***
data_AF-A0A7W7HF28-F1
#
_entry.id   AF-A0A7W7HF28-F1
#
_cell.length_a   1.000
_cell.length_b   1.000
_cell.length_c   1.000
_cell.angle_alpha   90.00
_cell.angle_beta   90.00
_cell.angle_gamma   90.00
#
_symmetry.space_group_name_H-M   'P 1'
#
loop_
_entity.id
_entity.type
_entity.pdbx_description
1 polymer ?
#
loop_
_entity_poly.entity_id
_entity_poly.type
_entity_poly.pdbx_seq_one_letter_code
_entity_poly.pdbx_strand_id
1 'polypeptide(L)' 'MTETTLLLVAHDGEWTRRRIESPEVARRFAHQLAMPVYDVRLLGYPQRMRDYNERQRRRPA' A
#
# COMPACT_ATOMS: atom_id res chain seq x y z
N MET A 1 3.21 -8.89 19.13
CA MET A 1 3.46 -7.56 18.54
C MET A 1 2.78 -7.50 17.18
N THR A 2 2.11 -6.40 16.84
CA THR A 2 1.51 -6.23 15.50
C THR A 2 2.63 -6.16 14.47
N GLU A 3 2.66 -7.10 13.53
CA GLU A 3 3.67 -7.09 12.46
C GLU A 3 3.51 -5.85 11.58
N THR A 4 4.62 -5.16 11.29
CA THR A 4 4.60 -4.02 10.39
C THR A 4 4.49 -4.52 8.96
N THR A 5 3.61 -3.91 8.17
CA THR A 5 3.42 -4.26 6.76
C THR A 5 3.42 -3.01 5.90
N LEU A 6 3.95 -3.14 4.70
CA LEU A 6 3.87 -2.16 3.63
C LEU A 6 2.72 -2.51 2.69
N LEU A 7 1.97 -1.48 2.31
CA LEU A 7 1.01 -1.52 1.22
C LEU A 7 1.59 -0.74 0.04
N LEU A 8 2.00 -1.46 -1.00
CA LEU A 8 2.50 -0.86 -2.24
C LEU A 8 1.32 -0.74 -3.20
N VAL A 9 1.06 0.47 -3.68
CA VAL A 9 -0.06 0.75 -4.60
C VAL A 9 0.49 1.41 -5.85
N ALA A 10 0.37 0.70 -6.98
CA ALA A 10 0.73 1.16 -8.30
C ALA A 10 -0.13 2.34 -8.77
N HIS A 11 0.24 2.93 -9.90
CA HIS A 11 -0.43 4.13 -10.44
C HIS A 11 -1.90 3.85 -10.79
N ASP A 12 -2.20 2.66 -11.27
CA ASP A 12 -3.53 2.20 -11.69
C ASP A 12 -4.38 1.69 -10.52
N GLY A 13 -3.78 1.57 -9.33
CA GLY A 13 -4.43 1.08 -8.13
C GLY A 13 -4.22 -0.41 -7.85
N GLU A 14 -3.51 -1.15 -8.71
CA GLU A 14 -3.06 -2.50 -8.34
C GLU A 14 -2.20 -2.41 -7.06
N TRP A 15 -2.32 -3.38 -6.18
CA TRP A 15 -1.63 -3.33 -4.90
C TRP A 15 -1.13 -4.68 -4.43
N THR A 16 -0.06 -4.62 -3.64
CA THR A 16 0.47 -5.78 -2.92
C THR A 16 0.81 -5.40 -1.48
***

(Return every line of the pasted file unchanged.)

data_AF-A0A7W7HF28-F1
#
_entry.id   AF-A0A7W7HF28-F1
#
_cell.length_a   1.000
_cell.length_b   1.000
_cell.length_c   1.000
_cell.angle_alpha   90.00
_cell.angle_beta   90.00
_cell.angle_gamma   90.00
#
_symmetry.space_group_name_H-M   'P 1'
#
loop_
_entity.id
_entity.type
_entity.pdbx_description
1 polymer ?
#
loop_
_entity_poly.entity_id
_entity_poly.type
_entity_poly.pdbx_seq_one_letter_code
_entity_poly.pdbx_strand_id
1 'polypeptide(L)' 'MTETTLLLVAHDGEWTRRRIESPEVARRFAHQLAMPVYDVRLLGYPQRMRDYNERQRRRPA' A
#
# COMPACT_ATOMS: atom_id res chain seq x y z
N MET A 1 3.21 -8.89 19.13
CA MET A 1 3.46 -7.56 18.54
C MET A 1 2.78 -7.50 17.18
N THR A 2 2.11 -6.40 16.84
CA THR A 2 1.51 -6.23 15.50
C THR A 2 2.63 -6.16 14.47
N GLU A 3 2.66 -7.10 13.53
CA GLU A 3 3.67 -7.09 12.46
C GLU A 3 3.51 -5.85 11.58
N THR A 4 4.62 -5.16 11.29
CA THR A 4 4.60 -4.02 10.39
C THR A 4 4.49 -4.52 8.96
N THR A 5 3.61 -3.91 8.17
CA THR A 5 3.42 -4.26 6.76
C THR A 5 3.42 -3.01 5.90
N LEU A 6 3.95 -3.14 4.70
CA LEU A 6 3.87 -2.16 3.63
C LEU A 6 2.72 -2.51 2.69
N LEU A 7 1.97 -1.48 2.31
CA LEU A 7 1.01 -1.52 1.22
C LEU A 7 1.59 -0.74 0.04
N LEU A 8 2.00 -1.46 -1.00
CA LEU A 8 2.50 -0.86 -2.24
C LEU A 8 1.32 -0.74 -3.20
N VAL A 9 1.06 0.47 -3.68
CA VAL A 9 -0.06 0.75 -4.60
C VAL A 9 0.49 1.41 -5.85
N ALA A 10 0.37 0.70 -6.98
CA ALA A 10 0.73 1.16 -8.30
C ALA A 10 -0.13 2.34 -8.77
N HIS A 11 0.24 2.93 -9.90
CA HIS A 11 -0.43 4.13 -10.44
C HIS A 11 -1.90 3.85 -10.79
N ASP A 12 -2.20 2.66 -11.27
CA ASP A 12 -3.53 2.20 -11.69
C ASP A 12 -4.38 1.69 -10.52
N GLY A 13 -3.78 1.57 -9.33
CA GLY A 13 -4.43 1.08 -8.13
C GLY A 13 -4.22 -0.41 -7.85
N GLU A 14 -3.51 -1.15 -8.71
CA GLU A 14 -3.06 -2.50 -8.34
C GLU A 14 -2.20 -2.41 -7.06
N TRP A 15 -2.32 -3.38 -6.18
CA TRP A 15 -1.63 -3.33 -4.90
C TRP A 15 -1.13 -4.68 -4.43
N THR A 16 -0.06 -4.62 -3.64
CA THR A 16 0.47 -5.78 -2.92
C THR A 16 0.81 -5.40 -1.48